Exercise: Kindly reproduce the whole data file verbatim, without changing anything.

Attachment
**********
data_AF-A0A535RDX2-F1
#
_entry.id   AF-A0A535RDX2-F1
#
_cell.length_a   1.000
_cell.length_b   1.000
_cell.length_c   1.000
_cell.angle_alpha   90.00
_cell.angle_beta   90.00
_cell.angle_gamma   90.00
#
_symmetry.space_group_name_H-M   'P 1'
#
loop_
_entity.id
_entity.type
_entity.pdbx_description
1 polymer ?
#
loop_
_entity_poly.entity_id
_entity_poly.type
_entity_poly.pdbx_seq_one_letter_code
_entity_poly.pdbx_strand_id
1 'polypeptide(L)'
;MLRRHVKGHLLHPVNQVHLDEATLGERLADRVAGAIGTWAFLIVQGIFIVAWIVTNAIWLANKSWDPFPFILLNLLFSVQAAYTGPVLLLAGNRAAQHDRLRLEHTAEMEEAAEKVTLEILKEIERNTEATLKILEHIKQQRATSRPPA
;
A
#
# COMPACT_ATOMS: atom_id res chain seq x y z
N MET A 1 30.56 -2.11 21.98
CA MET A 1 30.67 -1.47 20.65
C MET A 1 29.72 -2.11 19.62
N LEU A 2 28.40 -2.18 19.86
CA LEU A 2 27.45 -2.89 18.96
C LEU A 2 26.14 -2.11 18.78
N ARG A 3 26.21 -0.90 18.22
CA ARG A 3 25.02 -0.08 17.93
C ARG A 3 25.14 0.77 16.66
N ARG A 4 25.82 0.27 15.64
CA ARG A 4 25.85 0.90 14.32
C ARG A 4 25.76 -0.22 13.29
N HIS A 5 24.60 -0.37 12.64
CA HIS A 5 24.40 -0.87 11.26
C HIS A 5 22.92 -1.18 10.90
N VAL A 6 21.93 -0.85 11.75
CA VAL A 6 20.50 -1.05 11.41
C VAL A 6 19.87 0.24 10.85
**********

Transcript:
data_AF-A0A535RDX2-F1
#
_entry.id   AF-A0A535RDX2-F1
#
_cell.length_a   1.000
_cell.length_b   1.000
_cell.length_c   1.000
_cell.angle_alpha   90.00
_cell.angle_beta   90.00
_cell.angle_gamma   90.00
#
_symmetry.space_group_name_H-M   'P 1'
#
loop_
_entity.id
_entity.type
_entity.pdbx_description
1 polymer ?
#
loop_
_entity_poly.entity_id
_entity_poly.type
_entity_poly.pdbx_seq_one_letter_code
_entity_poly.pdbx_strand_id
1 'polypeptide(L)'
;MLRRHVKGHLLHPVNQVHLDEATLGERLADRVAGAIGTWAFLIVQGIFIVAWIVTNAIWLANKSWDPFPFILLNLLFSVQAAYTGPVLLLAGNRAAQHDRLRLEHTAEMEEAAEKVTLEILKEIERNTEATLKILEHIKQQRATSRPPA
;
A
#
# COMPACT_ATOMS: atom_id res chain seq x y z
N MET A 1 30.56 -2.11 21.98
CA MET A 1 30.67 -1.47 20.65
C MET A 1 29.72 -2.11 19.62
N LEU A 2 28.40 -2.18 19.86
CA LEU A 2 27.45 -2.89 18.96
C LEU A 2 26.14 -2.11 18.78
N ARG A 3 26.21 -0.90 18.22
CA ARG A 3 25.02 -0.08 17.93
C ARG A 3 25.14 0.77 16.66
N ARG A 4 25.82 0.27 15.64
CA ARG A 4 25.85 0.90 14.32
C ARG A 4 25.76 -0.22 13.29
N HIS A 5 24.60 -0.37 12.64
CA HIS A 5 24.40 -0.87 11.26
C HIS A 5 22.92 -1.18 10.90
N VAL A 6 21.93 -0.85 11.75
CA VAL A 6 20.50 -1.05 11.41
C VAL A 6 19.87 0.24 10.85